2. Surely, then, there is no real liberty but that wherewith the gospel of Christ makes us free. Let me state a few particulars of this also. The man of God, continuing in the word of Christ, and led by the Spirit, uses the law as he does a road; he is not guided by it, any more than a man perfectly acquainted with a country is guided by it, but he uses it to travel along through this world, and he delights in it, as in a road to a better place, and as in the exercise of his spirit. As for the commandments of God, he loves them, and in His statutes he meditates. The word of God is a lamp unto his feet and a light unto his path. He feels no unwillingness; he has no mind for pleading excuses and making delays; but he deplores the weakness of the flesh, which in this body of sin cannot follow up the willingness of the spirit, and he strives to put to full account all the means which God hath so graciously given in Jesus Christ our Lord for enabling him to keep the precepts and testimonies of the Lord. He takes to himself no merit for keeping them, any more than for eating or drinking, or satisfying any craving of his nature; the leading of the Spirit makes the will of God his will, and therefore doing the will of God is doing his own will, so that while he keeps the law he is not subject to it.

(R. W. Evans, B. D.)Beside the spirit of our mind (Ephesians 4:23) every man is led by some spirit or other.

1. One is led by the spirit of error (1 Timothy 4:1).

2. Another by the spirit of giddiness (Isaiah 19:14).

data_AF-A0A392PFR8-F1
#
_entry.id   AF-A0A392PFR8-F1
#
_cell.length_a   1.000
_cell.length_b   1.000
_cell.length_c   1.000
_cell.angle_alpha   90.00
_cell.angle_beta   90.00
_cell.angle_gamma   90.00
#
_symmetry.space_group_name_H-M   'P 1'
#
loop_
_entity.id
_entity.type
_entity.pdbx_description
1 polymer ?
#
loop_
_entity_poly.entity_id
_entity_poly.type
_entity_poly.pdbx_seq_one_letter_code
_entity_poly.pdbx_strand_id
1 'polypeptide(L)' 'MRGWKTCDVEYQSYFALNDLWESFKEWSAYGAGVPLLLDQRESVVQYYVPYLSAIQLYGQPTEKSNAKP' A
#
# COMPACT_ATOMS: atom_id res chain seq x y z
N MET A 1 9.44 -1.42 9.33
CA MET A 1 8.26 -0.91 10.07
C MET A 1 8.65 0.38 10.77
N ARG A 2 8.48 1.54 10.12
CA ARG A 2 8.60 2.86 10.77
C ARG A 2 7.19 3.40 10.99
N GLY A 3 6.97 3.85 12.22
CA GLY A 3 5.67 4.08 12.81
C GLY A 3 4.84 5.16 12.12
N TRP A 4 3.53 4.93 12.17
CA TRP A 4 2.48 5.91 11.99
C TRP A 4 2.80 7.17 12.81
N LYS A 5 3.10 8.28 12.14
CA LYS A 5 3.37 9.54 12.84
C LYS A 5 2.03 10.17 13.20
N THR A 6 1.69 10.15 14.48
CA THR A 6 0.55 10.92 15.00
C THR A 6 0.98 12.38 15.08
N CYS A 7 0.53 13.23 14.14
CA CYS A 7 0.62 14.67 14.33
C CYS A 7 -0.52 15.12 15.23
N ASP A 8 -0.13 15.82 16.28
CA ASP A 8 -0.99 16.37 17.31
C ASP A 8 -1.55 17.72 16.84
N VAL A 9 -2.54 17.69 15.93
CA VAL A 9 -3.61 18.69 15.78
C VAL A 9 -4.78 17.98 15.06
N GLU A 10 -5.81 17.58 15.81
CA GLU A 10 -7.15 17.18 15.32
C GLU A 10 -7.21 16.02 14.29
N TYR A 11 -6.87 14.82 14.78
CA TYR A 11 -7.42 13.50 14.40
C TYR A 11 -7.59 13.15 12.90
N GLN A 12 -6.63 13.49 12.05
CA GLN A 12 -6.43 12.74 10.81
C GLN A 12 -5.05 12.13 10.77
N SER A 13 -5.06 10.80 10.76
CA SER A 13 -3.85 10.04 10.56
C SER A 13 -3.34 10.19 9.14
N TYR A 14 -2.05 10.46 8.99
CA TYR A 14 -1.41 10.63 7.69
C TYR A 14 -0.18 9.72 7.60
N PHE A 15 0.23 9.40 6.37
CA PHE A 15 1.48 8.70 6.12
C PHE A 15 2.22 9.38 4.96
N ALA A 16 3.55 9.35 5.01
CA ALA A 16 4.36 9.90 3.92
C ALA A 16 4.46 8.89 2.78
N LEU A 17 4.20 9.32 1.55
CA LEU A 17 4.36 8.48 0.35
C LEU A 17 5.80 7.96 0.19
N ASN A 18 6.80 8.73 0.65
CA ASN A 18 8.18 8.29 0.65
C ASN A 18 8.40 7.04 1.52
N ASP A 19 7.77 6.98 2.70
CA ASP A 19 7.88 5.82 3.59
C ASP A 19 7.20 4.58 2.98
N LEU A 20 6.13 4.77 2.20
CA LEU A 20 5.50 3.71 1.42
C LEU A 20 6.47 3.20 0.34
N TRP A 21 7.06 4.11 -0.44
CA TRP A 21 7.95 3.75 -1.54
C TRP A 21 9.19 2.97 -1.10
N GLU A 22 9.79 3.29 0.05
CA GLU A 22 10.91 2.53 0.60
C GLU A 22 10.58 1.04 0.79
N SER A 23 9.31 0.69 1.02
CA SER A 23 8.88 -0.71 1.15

3. Another by the spirit of bondage (ver. 1; Romans 8:15).

4. Another by the spirit of the world (1 Corinthians 2:12).

5. The regenerate by the Spirit of God.


1. In a right way: the way of God's commandment.

2. By a just rule: the word of truth.

3. Sweetly and justly.

4. In a constant way of progression, from grace to grace.

5. In a way opposed to the flesh.


1. Those who go in a known evil way.

2. Those who are led by their own imaginations without any warrant from the Word of God.

3. Those who are carried by passions and distempers even in a good way.

4. Those who make no progress.

5. Those who fulfil the lust of the flesh.

(Bishop Hall.)


1. We are ignorant of the road.

2. Have defective vision and cannot see our way.

3. Are lame and impotent.

II. WE SHOULD SEEK FOR THIS GUIDANCE AND HELP. This is what a lost, benighted, or disabled traveller does. Man, however, does the opposite, and pursues his journey perversely, blindly, helplessly.


1. A disposition to seek the right way.

2. A willingness to receive every help in the pursuit of it.


1. He leads by dwelling in the believer as a quickening and actuating principle ever aspiring after knowledge and holiness.

2. Under His guidance the believer advances —

(1) in knowledge

(a)  of the person and work of Christ;

(b)  of the issues of obedience and suffering;

(c)  of Christ's spiritual kingdom.

(2) In holiness.

(a)  In inward graces;

(b)  in outward deportment.


1. The free will is not destroyed by uncontrollable impulses or rigid compulsion.

2. The will is so influenced as to be inclined to holiness.

(H. Melvill, B. D.)

Parallel Verses
KJV: But if ye be led of the Spirit, ye are not under the law.

WEB: But if you are led by the Spirit, you are not under the law.

The Holy Spirit Our Light